Of event venues and their (in)convenience to journalists and bloggers




Some years back, I got an invite to an event by a South Africa-based mobile phone brand to a venue in Westlands, Nairobi. I spent over 2 hours trying to trace and get myself to the evening function which was being hosted at some (hidden and by then not-so-known) location in Westlands. I later gave up after learning from a colleague that the event had ended, while I was circling around Westlands trying to locate the venue.

Then there are times (and there are many such incidents and experiences) when the media and bloggers are invited and take their time to attend events outside the CBD. Then after spending close to (or over 2 hours) getting to the venue, the formal session takes less than 30 minutes, like a cheque handover session or ribbon-cutting event to formally open a facility.

(TOP: Guests at the launch of the Huawei Y9 Prime 2019 at the InterContinental Hotel in Nairobi recently. Venue of an event determines media and blogger attendance). 

Which got me thinking (and wondering): how do event organisers, PR agencies as well as their clients – in this case, the brands and corporates they represent – pick and choose venues for their various events and what informs those decisions and choices? Is it suitability of location, accessibility, aesthetics available within or the cost of hosting an event at the said venue? Or is it just because the venue and location is new and better marketed or just ‘old boy’ (and ‘girl’) networks at work? And do the event organisers pose to think and consider whether such locations and venues are ideal and accessible to the invited media and bloggers who’re expected to attend and cover such functions?

OK, well, it’s important to know and remember that we’re all different, work for different employers while the unemployed derive their incomes from different sources and therefore have different income levels. There are those who (when invited to events to provide coverage) drive themselves to those locations in their own vehicles, there are those who use company cars, there are those who (can afford to) use taxis (like Uber, Bolt, Little and the rest) while the rest rely on public transport, which in most cases don’t provide the convenience available in the other personalized means of transport.

A post titled ‘The Event Planner’s 7-Step Guide To Increasing Attendance’ published by Weemss states:

“Many factors are in play when looking for the ideal venue. The location has to tick a few boxes. It needs to fit the theme of your event, have enough space for every guest and piece of equipment, or come with kitchen and catering facilities.”

It adds:

“Make no mistake. Some of your guests may come from miles away. And if your event’s value proposition is too irresistible, people from overseas may even opt to attend anyway. But localising your event and choosing a venue that’s accessible for majority of your prospects brings numerous advantages.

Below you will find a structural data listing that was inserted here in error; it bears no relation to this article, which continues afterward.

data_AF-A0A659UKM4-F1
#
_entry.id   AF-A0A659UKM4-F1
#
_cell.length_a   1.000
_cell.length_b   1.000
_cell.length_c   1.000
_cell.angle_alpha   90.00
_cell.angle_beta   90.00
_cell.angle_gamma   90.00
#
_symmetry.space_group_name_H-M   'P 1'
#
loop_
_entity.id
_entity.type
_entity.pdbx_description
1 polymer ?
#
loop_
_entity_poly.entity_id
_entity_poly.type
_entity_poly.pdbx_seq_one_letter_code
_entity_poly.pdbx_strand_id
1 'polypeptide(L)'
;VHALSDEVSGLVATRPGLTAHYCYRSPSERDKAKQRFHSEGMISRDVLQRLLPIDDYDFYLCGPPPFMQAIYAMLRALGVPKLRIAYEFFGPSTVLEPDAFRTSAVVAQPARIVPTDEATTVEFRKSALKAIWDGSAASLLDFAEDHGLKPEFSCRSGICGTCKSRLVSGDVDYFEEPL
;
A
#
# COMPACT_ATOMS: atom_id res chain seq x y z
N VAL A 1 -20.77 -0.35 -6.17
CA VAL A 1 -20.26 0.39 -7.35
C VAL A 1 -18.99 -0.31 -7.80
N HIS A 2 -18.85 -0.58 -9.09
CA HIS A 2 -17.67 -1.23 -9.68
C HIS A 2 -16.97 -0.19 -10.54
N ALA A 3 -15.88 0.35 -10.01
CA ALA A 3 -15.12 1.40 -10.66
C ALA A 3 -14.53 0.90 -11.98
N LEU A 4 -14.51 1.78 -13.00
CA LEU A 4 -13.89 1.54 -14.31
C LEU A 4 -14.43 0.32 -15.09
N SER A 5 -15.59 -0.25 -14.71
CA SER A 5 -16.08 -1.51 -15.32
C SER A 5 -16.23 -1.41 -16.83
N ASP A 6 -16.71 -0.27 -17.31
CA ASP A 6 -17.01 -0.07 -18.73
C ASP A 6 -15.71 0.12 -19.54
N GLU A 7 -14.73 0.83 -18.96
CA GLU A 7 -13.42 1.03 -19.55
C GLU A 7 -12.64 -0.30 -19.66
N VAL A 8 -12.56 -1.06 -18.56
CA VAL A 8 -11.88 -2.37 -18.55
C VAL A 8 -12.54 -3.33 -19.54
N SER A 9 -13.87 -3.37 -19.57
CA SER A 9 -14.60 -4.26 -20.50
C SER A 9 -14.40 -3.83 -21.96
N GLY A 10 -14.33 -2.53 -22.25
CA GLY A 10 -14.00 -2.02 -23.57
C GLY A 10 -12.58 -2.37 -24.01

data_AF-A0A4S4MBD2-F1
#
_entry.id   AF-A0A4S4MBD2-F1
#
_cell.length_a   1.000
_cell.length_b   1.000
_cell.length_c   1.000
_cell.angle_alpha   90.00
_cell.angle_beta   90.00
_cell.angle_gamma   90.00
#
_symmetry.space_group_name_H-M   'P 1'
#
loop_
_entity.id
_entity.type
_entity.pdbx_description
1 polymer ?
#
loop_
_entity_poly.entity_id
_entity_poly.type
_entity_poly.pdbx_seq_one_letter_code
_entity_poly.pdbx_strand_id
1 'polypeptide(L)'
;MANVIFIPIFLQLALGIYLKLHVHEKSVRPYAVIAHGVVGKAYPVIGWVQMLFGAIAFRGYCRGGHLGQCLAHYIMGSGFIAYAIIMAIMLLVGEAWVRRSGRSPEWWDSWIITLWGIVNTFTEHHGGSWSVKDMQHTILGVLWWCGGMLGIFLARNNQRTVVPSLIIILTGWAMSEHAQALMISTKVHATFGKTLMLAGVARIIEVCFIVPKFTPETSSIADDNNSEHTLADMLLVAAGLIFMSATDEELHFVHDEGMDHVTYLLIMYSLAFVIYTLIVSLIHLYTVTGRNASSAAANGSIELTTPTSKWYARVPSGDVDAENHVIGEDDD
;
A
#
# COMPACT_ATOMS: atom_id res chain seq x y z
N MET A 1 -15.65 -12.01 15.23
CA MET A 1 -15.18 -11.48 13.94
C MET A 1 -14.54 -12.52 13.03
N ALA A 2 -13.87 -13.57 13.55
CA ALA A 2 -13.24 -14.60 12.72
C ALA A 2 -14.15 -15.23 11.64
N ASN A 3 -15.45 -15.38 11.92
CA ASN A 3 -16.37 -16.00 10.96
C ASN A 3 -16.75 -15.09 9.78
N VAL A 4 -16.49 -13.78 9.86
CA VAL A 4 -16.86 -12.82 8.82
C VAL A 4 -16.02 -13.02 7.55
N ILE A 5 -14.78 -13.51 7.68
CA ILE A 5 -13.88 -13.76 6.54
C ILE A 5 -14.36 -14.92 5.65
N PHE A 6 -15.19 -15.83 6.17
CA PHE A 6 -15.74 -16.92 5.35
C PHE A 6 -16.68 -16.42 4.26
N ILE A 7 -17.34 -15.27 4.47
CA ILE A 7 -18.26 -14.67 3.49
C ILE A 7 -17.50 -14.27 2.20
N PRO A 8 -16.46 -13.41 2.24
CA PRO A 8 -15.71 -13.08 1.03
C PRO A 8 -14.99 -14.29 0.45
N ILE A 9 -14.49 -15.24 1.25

For starters, sitting and staying put for hours on end isn’t everyone’s cup of tea. Would you be in the mood to tune in to a Q&A or seminar after a sleep-depriving trip? Probably not.

However, an easily accessible location or a venue just a few blocks away may just be the nudge an undecided prospect needs to make up his mind.”

And here now are my own thoughts and suggestions on how to boost media and bloggers’ attendance to your events, (of course in addition to making follow-ups after confirmations with calls and SMS to ascertain attendance):

  1. Just host them within the CBD whenever you can. Many of us come to town and thus having your event in town will see many of us drop by, even if not for coverage but just for curiosity purposes. And again Nairobi’s CBD has so many ideal venues they all can’t be booked on the day you’ve planned your launch (or partner forum).
  2. In case they’re out of town, try and pick a venue which is either accessible via public transport or close to the drop-off stage for attendees using public means. I’m here thinking about venues like like Nailab, The Hub Karen, Safari Park Hotel, Serena Hotel, iHub, Nairobi Garage and the Junction to name but a few.
  3. And finally, in case you’ve no other option but to host your (client’s) event in some in accessible (and even unknown) location or venue, just make transport arrangements to the media and bloggers, picking them to then later dropping them back after the session has ended. Don’t leave them by themselves at the venue to find their way back.

And you’re free to adhere to or ignore the above suggestions for the choice, (like that of event venues), is ultimately yours. Only that you may sooner or later end up with a situation akin to a recent one where an enterprise software vendor from South Africa flew in execs, hosted an event at a venue in Westlands, invited and confirmed media and bloggers for interviews with delegates during the forum. Only that none of the confirmed media reps and bloggers showed up on the event day.

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